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Pulte Home Corporation v. Montgomery County

United States District Court, D. Maryland

July 17, 2015

PULTE HOME CORPORATION, ET AL., Plaintiffs,
v.
MONTGOMERY COUNTY, MARYLAND, ET AL., Defendants.

MEMORANDUM OPINION

GEORGE J. HAZEL, District Judge.

This is a civil rights action brought by Pulte Home Corporation and Shiloh Farm Investments, LLC (collectively, "Pulte") against Montgomery County, Maryland (the "County") and the Maryland-National Capital Park and Planning Commission (the "Commission") (collectively, "Defendants") for allegedly violating Pulte's state and federal civil rights by enacting land use legislation that adversely affected Pulte's ownership interests in approximately 541 acres of land it owns in Clarksburg, Maryland. Presently before the Court are two fully briefed motions: Pulte's motion to remand to state court ( see ECF No. 21) and the Commission's motion to dismiss. See ECF No. 19. A hearing is unnecessary. See Loc. R. 105.6 (Md.). For the reasons stated below, Pulte's motion to remand is DENIED and the Commission's motion to dismiss is DENIED.

I. BACKGROUND

Pulte is in the business of residential real estate development. Between November 2004 and January 2006, Pulte purchased or entered into a contract to purchase approximately 541 acres of property (the "Development Land") in Clarksburg, Maryland. See ECF No. 2 at ¶ 5. Until July 2014, the Development Land was governed by the 1994 Clarksburg Master Plan ("1994 Master Plan"), which divided Clarksburg development into four stages. See id. at ¶¶ 7-8. Under Stage Four of the 1994 Master Plan, the Development Land, as well as other parts of Clarksburg, were to be developed into residential communities at "specific residential densities" based upon the zoning affixed to the land by the County in 1994. See id. at ¶ 8. Specifically, the Development Land was zoned for residential development under the RE-1/TDR-2 classification, which allowed for the development of one dwelling unit per acre, but encouraged two units per acre through the purchase of County Transferable Development Rights ("TDRs"). See id. at ¶ 9. Pulte contends that, in reliance on this zoning designation and the County's TDR policies, it purchased 323 TDRs from County farmers for over $12 million. See id. at ¶¶ 9, 15. Under the Master Plan and RE-1/TDR-2 zoning, Pulte estimated that it could build between 954 and 1, 007 detached homes and townhomes on the Development Land. See id.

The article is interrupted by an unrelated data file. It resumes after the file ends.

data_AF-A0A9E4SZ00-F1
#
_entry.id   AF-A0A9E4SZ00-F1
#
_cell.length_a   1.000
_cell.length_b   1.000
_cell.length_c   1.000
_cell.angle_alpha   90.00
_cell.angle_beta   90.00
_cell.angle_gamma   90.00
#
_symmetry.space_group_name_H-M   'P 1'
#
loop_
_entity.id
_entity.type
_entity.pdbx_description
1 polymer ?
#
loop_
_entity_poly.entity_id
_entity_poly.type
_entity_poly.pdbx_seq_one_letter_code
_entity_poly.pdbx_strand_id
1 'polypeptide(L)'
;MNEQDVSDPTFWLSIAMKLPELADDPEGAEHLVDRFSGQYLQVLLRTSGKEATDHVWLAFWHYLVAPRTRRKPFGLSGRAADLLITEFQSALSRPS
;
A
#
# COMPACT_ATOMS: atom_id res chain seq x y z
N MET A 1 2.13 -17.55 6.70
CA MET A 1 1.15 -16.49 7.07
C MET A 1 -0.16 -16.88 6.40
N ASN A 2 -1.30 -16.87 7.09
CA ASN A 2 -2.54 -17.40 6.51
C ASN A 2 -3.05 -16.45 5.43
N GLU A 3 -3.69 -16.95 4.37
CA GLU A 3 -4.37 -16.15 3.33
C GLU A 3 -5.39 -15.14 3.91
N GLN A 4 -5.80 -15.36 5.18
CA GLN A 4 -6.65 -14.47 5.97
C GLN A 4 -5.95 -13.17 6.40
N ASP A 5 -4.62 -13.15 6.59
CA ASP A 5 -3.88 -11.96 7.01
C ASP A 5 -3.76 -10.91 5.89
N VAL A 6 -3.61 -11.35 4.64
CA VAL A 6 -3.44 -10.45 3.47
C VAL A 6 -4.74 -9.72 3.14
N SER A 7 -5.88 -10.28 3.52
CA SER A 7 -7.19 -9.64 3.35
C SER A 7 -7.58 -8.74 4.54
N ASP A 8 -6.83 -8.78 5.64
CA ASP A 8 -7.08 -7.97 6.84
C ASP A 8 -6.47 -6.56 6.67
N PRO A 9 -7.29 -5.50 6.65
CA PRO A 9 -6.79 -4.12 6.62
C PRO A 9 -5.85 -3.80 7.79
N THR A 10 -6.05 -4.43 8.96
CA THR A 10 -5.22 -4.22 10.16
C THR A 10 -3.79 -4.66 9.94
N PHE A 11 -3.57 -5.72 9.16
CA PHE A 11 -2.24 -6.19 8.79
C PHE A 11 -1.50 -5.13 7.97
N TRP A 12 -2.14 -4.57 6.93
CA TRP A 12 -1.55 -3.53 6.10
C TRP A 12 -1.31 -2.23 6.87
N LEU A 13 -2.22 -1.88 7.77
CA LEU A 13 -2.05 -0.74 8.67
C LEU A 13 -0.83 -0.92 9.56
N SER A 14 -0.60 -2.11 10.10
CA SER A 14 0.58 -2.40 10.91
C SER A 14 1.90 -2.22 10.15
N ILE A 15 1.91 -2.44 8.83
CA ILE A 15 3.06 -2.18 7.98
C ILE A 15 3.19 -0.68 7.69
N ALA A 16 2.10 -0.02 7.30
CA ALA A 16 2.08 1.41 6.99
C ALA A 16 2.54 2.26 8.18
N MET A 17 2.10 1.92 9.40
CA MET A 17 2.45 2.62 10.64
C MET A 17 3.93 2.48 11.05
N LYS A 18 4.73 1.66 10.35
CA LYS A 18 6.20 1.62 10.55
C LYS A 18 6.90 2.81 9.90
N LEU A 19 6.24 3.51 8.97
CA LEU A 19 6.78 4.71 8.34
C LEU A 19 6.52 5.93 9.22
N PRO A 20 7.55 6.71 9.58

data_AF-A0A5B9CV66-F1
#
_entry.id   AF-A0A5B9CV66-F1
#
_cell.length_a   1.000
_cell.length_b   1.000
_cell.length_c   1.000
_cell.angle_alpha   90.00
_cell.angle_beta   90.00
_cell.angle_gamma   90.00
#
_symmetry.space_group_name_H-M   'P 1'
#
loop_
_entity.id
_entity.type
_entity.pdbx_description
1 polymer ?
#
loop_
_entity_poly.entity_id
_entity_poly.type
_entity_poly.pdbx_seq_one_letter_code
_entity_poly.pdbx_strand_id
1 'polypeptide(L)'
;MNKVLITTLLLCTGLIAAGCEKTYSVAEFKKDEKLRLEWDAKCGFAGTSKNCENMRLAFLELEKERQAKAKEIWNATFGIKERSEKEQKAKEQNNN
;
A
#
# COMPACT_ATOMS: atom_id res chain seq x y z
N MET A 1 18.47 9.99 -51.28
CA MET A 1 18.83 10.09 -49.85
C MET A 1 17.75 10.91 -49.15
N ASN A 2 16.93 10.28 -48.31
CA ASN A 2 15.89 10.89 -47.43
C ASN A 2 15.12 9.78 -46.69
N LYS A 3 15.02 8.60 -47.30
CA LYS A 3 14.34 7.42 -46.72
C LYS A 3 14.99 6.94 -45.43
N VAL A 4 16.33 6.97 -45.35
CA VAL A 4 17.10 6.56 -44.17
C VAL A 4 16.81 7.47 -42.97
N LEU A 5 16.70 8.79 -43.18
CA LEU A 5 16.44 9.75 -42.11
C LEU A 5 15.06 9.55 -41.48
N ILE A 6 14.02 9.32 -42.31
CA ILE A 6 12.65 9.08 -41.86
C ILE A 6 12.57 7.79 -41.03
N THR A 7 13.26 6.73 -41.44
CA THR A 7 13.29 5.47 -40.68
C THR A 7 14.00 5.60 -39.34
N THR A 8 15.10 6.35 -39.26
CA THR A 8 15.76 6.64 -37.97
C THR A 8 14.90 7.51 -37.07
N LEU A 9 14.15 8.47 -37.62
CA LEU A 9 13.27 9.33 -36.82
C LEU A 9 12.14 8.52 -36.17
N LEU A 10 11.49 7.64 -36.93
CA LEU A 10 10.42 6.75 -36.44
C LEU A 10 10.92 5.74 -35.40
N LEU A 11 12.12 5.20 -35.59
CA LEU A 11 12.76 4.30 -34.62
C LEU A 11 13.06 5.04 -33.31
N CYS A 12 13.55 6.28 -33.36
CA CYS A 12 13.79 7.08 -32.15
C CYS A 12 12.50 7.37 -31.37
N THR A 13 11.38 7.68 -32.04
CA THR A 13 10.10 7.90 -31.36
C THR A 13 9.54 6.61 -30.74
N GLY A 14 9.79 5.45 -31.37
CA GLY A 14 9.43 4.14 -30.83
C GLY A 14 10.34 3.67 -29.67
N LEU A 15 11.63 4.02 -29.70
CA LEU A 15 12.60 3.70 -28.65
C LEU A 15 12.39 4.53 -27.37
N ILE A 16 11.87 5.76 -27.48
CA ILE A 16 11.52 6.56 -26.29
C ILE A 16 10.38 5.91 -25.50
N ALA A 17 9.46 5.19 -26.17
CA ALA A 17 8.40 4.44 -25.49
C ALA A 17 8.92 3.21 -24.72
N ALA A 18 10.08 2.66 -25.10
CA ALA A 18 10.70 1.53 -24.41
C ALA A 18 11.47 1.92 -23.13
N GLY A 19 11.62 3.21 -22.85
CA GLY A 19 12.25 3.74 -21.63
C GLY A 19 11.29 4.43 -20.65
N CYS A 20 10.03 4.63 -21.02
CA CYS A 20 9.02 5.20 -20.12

Before development could proceed into Stage 4, however, the 1994 Master Plan required the completion of several triggers, including a baseline biological assessment of Little Seneca Creek and Ten Mile Creek watersheds, the issuance of 2, 000 building permits east of Interstate 270 as part of Stages 2 and 3, and a County report evaluating water quality best management practices and other mitigation techniques. See id. at ¶ 10. Pulte maintains that these conditions were satisfied by 2009, at which time the 1994 Master Plan directed the County to consider Water and Sewer Plan amendments to permit extension of public facilities to the Ten Mile Creek area. See id. at ¶ 11. Thus, on May 12, 2009, in reliance on the 1994 Master Plan directives, Pulte submitted its Water and Sewer Category Change Request application to the Montgomery County Department of Environmental Protection ("DEP") for review by the County and the Commission. See id. at ¶¶ 11-12. Pulte contends that since 2009, however, the County has failed to act on its completed application, preventing Pulte from proceeding with other aspects of Defendants' development approval process. See id. at ¶¶ 15-20, 29-30.

Around the same time that Pulte submitted its Water and Sewer Category Change Request, Pulte also submitted a Pre-Application Concept Plan to the Commission pursuant to the County subdivision ordinance. The Commission, however, refused to endorse the plan despite the fact that, according to Pulte, the plan fully conformed with the zoning ordinance. See id. at ¶¶ 21-28. Moreover, Pulte contends that the Commission refused to meet with it regarding its Pre-Application Concept Plan and eventually ceased responding to its requests altogether. See id. at ¶¶ 23-27. Instead, Pulte alleges, rather than proceeding with the Stage 4 development as directed by the 1994 Master Plan, the County and the Commission began a multi-year campaign aimed at curtailing permissible development of the Development Land.

In particular, Pulte alleges that Defendants reopened the 1994 Clarksburg Master Plan upon which Pulte relied when making its original investment of over $53 million into the Development Land. According to Pulte, the County requested that the Commission re-open the 1994 Clarksburg Master Plan in order to study the Ten Mile Creek watershed, which Pulte contends was an unnecessarily extreme land use approach since the Commission could have studied the watershed without re-opening the Master Plan. See id. at ¶ 36. Based on this study, the Commission prepared a draft amendment to the Master Plan and submitted it to the County on October 25, 2013. See id. at ¶ 54. Pulte maintains that the amendment included unprecedented regulatory restrictions and exactions aimed specifically at the Development Land based on technical reports provided by consultants retained and controlled by the Commission. See id. The County then revised the Commission's draft amendment and, according to Pulte, approved an even more stringent version. See id. at ¶ 65.